Ohio Education Gadfly
Volume 5, Number 14
August 10, 2011
Importing Leaders for School Turnaround
Student Teaching in America
Inside IMPACT: D.C.'s Model Teacher Evaluation System
Terry Ryan / August 10, 2011
I had the good fortune to spend time last week with Stan Heffner, Ohio’s new
state superintendent of public instruction. I enjoyed the conversation mightily
because it mostly focused on two things that don’t usually get enough attention
in education policy conversations – teaching and learning.
Specifically, Heffner shared with me his ideas and concerns for making sure Ohio’s schools and teachers successfully implement and take ownership of the Common Core academic standards in English language arts and mathematics. (Ohio is one of 46 states that have adopted these common standards, which are slated to come online in 2014.)
The state will have to make some serious implementation decisions in the coming months and years around the Common Core, including which assessment consortium to join (right now, the Buckeye State has a foot in both the SMARTER Balanced Assessment Consortium and the Partnership for the Assessment of Readiness for College and Careers) and how to adapt the state’s accountability system to the new tests and tougher standards.
But where Heffner
sees the most potential, both positive and negative, is around the practical
implementation issues that will face schools and school districts. This is because,
as a lifelong educator, he clearly understands that at the end of the day what
matters most for public education is student learning and that teachers are key
to facilitating it.
Heffner argued to me (and previously had written in a February 2011 paper for the Council of Chief State Schools Officers) that the successful implementation of the Common Core,
Emmy L. Partin / August 10, 2011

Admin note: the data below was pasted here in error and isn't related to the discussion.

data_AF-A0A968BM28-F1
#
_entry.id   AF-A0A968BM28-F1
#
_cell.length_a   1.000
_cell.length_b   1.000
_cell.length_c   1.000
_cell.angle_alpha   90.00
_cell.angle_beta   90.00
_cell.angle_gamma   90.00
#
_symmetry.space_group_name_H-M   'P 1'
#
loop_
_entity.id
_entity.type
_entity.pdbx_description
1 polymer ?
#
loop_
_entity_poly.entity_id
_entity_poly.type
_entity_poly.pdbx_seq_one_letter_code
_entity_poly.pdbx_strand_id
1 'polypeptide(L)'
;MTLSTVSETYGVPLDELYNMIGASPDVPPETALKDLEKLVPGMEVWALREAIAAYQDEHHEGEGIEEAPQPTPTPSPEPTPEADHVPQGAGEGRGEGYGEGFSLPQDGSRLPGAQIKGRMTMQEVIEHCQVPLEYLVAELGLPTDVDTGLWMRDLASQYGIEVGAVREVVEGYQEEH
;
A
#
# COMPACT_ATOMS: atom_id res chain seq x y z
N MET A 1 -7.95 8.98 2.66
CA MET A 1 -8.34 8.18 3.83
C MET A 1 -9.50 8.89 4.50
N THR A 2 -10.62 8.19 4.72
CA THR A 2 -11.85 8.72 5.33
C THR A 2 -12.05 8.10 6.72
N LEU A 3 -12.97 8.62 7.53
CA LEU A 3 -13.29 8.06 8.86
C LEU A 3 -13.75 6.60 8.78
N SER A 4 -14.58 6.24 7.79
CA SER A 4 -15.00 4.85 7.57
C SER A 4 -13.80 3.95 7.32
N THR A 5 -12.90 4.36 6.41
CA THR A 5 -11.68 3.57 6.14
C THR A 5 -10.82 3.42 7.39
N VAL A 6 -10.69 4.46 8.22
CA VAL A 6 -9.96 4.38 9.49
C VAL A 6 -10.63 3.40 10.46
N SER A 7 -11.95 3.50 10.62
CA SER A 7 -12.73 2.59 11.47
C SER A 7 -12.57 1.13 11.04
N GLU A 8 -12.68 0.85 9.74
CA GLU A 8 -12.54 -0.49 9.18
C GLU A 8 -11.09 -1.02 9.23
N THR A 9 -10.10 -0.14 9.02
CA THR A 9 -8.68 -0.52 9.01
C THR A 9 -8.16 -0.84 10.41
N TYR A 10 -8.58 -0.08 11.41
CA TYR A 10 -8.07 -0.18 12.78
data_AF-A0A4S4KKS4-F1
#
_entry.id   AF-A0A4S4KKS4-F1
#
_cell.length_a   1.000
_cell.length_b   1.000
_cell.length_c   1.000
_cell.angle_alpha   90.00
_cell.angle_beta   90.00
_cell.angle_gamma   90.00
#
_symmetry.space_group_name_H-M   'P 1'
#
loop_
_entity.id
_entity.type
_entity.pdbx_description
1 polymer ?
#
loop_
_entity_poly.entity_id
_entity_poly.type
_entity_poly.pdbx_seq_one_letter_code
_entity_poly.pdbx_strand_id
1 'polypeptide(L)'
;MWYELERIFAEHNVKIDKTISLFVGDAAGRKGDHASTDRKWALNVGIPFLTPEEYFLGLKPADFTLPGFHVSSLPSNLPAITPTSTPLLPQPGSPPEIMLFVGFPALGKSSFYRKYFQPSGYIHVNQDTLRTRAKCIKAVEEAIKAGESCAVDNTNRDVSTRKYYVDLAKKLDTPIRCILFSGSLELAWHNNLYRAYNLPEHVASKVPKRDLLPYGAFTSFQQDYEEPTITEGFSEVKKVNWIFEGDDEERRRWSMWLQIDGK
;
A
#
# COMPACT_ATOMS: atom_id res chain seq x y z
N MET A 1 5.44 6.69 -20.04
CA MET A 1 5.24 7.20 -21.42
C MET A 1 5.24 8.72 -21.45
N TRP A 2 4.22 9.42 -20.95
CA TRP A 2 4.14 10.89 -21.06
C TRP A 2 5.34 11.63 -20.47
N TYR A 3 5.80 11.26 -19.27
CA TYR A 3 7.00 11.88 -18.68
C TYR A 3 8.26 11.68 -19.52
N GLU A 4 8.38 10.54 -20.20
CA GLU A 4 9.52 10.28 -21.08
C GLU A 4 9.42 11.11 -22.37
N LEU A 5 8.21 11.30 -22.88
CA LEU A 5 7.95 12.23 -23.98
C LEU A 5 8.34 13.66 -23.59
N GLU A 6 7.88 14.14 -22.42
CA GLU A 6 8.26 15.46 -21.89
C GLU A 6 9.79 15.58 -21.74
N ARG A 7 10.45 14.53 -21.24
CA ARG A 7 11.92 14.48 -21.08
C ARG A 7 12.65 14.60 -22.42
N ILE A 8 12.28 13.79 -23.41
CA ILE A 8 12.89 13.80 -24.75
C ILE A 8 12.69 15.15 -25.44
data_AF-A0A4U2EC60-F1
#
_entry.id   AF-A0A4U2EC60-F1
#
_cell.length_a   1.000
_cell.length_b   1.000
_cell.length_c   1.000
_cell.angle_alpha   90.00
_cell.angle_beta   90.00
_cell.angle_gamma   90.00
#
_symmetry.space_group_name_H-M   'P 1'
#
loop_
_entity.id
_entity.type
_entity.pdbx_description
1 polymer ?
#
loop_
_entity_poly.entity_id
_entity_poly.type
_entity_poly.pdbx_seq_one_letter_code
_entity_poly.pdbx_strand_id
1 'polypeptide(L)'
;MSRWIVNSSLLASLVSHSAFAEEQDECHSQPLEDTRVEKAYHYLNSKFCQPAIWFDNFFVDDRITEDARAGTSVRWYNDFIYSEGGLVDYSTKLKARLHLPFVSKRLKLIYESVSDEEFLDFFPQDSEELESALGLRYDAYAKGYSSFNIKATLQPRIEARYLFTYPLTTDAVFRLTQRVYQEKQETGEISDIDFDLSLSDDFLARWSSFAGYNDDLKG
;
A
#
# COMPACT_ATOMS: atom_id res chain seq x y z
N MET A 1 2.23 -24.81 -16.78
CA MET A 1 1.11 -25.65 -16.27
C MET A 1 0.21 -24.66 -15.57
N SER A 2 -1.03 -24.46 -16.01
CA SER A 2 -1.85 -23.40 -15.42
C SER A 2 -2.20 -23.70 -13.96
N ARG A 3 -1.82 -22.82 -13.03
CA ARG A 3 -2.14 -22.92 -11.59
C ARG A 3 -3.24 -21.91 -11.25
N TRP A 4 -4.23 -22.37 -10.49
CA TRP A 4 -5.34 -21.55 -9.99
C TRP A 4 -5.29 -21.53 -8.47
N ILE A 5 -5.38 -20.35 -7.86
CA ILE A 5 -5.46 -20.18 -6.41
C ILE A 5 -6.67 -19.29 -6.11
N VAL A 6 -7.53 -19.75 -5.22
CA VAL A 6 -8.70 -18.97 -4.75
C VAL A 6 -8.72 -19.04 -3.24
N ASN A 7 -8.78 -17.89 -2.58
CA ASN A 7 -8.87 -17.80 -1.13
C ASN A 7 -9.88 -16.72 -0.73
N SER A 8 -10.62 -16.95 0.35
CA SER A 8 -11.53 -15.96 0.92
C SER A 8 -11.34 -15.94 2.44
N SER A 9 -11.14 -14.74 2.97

Ohio lawmakers have introduced a bill aimed at stemming Ohio’s brain drain and keeping college graduates in the state after they earn their degrees. The legislation would allow Ohio college graduates, whether they are Ohio natives or not, who obtain a job in the Buckeye State to have their earned income exempted from state income tax for up to five years.
The bill’s co-sponsor, Rep. Cheryl Grossman, says 40 percent of Ohio’s college graduates leave the state after graduation. That figure could be much higher, depending on the particular college and community. For example, a 2009 Fordham Institute survey of students at top Ohio colleges found that 58 percent of students planned to leave the state after graduation (a whopping 79 percent of out-of-state students said they intended to leave Ohio, and 51 percent of native Ohio students were set on departure).
But that same survey also showed support for incentives like the one proposed in House Bill 258. When offered a menu of incentives designed to encourage college graduates to stay in Ohio, respondents to our survey found “A state income tax credit of up to $3,000 per year for 10 years for college graduates who stay in Ohio” most appealing (65 percent).
The bill, which is currently pending in committee, has the support of the Chancellor of the Ohio Board of Regents Jim Petro. Petro cites (subscription required) the economic benefit of keeping graduates in the state:
It’s a simple calculation. Right now Ohio has 26% of its workforce with baccalaureate degrees. Across the country, the higher the portion of the baccalaureate
Jamie Davies O'Leary / August 10, 2011
With Ohio’s biennial budget (HB 153) now in effect, it’s time to get into the details to figure out precisely how Ohio’s schools, educators, and students will be affected. Consider two education policy changes included in HB 153 that are aimed at providing more education options for students in low-performing district schools: increasing eligibility for the EdChoice Scholarship and expanding districts in which new charter schools may open.
Expanded voucher eligibility and access
HB 153 increased the number of slots available for the EdChoice scholarship from 15,000 to 30,000 this year and 60,000 next year and beyond. Access to publicly funded vouchers has always been limited to students attending chronically failing schools, specifically students in district public schools rated D or F by the state for two or more of the last three consecutive years. This year, lawmakers broadened that eligibility to include not just D/F schools, but school buildings ranked in the bottom 10 percent of performance (according to Performance Index, an average of students’ proficiency in tested grades and subjects) for two of three consecutive years.